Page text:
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Old 04-28-2006, 12:10 AM   #1
blanny
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Awk question


Hi, Can anyone tell me how I can use awk to print out iport in this list?

24.232.133.87:8080 elite proxy Argentina (Munro)
62.178.214.128:7212 elite proxy Austria (Vienna)
201.24.189.149:6588 elite proxy Brazil (Brasília)
201.36.157.84:6588 elite proxy Brazil (Fortaleza)
200.159.255.70:3128 elite proxy Brazil (Rio De Janeiro)
200.244.50.206:6588 elite proxy Brazil (Rio De Janeiro)

For some reason awk -F: '{print $1,$2}' iplist spits out the entire thing.

Thanks
 
Old 04-28-2006, 12:30 AM   #2
vbisis
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Don't set separator as :, there no : after the port, so awk will output the rest of the line as $2.

You could use default output separator blank and just print out $1.
 
Old 04-28-2006, 12:32 AM   #3
daihard
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Code:
awk '{print $1}' | awk -F: '{print $2}'
There may be a better way, but this should do the job.
Code:
8080
7212
6588
6588
3128
6588
[EDIT] Ah, you want both the IP address and port. Then yes, vbisis's suggestions should work:
Code:
awk '{print $1}'

Last edited by daihard; 04-28-2006 at 12:35 AM.
 
Old 04-28-2006, 04:04 AM   #4
timmeke
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Why use heavy awk for this, when a simple "cut" is all you need?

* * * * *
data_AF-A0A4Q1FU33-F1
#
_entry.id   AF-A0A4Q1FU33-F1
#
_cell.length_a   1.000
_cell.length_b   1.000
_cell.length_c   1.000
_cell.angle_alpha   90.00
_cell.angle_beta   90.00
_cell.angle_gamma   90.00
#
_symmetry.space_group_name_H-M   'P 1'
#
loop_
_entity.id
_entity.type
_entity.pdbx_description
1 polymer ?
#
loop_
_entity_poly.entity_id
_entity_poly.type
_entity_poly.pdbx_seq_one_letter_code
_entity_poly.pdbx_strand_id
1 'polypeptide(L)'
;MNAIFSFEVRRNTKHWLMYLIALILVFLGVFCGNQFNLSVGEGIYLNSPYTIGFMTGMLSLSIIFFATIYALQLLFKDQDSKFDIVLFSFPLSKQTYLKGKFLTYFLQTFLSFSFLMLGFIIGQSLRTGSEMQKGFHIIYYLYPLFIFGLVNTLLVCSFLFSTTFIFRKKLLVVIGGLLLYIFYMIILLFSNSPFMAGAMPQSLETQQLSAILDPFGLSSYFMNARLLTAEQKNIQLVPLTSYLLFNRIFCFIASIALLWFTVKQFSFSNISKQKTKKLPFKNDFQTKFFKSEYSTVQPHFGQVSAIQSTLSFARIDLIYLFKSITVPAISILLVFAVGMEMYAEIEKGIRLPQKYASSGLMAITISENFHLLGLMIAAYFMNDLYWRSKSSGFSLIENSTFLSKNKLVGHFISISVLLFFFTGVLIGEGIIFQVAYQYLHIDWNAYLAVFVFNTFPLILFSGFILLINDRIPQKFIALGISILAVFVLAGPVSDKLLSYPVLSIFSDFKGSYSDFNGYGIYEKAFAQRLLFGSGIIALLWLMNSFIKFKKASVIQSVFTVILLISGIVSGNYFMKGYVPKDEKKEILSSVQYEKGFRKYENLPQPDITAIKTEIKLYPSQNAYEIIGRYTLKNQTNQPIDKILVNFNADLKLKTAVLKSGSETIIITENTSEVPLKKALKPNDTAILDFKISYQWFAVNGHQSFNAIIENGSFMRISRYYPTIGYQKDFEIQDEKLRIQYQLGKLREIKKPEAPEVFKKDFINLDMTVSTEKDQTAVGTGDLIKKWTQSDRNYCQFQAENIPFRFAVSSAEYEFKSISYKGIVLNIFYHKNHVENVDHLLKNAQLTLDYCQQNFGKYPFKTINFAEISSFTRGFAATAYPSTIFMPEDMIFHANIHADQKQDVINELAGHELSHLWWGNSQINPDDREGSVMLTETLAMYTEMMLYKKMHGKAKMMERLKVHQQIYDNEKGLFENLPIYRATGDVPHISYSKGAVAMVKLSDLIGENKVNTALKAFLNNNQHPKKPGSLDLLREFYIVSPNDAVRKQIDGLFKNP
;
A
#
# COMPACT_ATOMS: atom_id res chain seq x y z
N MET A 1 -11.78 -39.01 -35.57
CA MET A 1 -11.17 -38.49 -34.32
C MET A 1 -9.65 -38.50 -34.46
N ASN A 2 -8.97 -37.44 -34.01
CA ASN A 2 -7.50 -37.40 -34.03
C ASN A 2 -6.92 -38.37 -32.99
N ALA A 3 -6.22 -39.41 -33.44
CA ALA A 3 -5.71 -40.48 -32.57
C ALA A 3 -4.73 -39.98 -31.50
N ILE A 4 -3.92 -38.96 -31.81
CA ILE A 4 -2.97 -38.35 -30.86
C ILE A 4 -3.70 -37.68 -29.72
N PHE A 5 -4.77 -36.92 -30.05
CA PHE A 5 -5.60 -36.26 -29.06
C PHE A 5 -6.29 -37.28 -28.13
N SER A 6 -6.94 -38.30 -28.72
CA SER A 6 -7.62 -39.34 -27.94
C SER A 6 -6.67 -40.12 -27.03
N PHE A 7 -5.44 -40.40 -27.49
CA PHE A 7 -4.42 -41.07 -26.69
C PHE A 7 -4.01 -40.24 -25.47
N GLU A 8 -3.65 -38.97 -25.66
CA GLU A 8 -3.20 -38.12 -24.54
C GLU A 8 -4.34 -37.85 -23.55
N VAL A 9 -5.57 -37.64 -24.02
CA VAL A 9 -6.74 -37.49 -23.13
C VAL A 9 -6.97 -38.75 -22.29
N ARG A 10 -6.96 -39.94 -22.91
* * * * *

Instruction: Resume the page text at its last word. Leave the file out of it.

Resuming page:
Code:
cut -f1
Pipe output of that into:
Code:
cut -d: -f1
or
cut -d: -f2
to get resp. the IP and the port separately.
 
Old 04-28-2006, 09:18 AM   #5
archtoad6
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cut is a choice I often overlook because I learned about awk 1st.

A problem w/ cut for step 1: is the "IP:port" separated from the rest of the line by a space or a tab? awk doesn't care, cut does.

Also, if I am interpreting the orig. Q correctly, the desired output form is:
IP port
IP port
...

Using awk:
Code:
awk '{print $1}'  | awk -F: '{print $1 "  " $2}'
## or
awk '{print $1}'  | awk -F: '{print $1 "\t" $2}'
W/ cut:
Code:
cut -d' ' -f1  | cut -d: -f1-2 --output-delimiter="  "
To me, awk is easier to use when the output needs any formatting at all.
 
Old 05-02-2006, 02:11 AM   #6
timmeke
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Agreed that awk is very handy and often useful to do a bunch of stuff (like formatting) all at once.
Downside, for me at least, is that, since awk is so powerful, it can be a little tricky to master.
And cut's failure to work well with regex's is indeed a downside.

However, I recommend using the commands for what they were originally designed. So I prefer not forcing "cut" to alter it's output (it wasn't designed for output formatting, unlike awk or sed). Instead, use a simple tool like sed (stream editing) or tr (transliteration) to do the formatting. Advantage of using sed or tr is, that

So,
Code:
cut -d' ' -f1  | cut -d: -f1-2 --output-delimiter="  "
then becomes something like
Code:
cut -d' ' -f1 | tr ":" " "
or
cut -d' ' -f1 | sed -e 's/:/  /'
 
Old 05-02-2006, 08:03 AM   #7
archtoad6
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Thanks for the reminder about tr, another one I forget because I jumped right into sed & awk. (Literally -- a friend gave the O'Reilly book.)

While we're discussing string processing tools, let's not forget cat's options, it can do much more than just concatenate (RTFM cat).


This reminds me of quotation I ran into recently, which I paraphrase here:

Never use awk when cut will do.
Never use cut when sed will do.
Never use sed when tr will do.
Never use tr when cat will do.
Avoid cat at all costs.

Best I can manage from memory. If someone knows the original, please post a reference.

I would modernize this by adding
"Never use perl when awk will do."
at the beginning.
 
  


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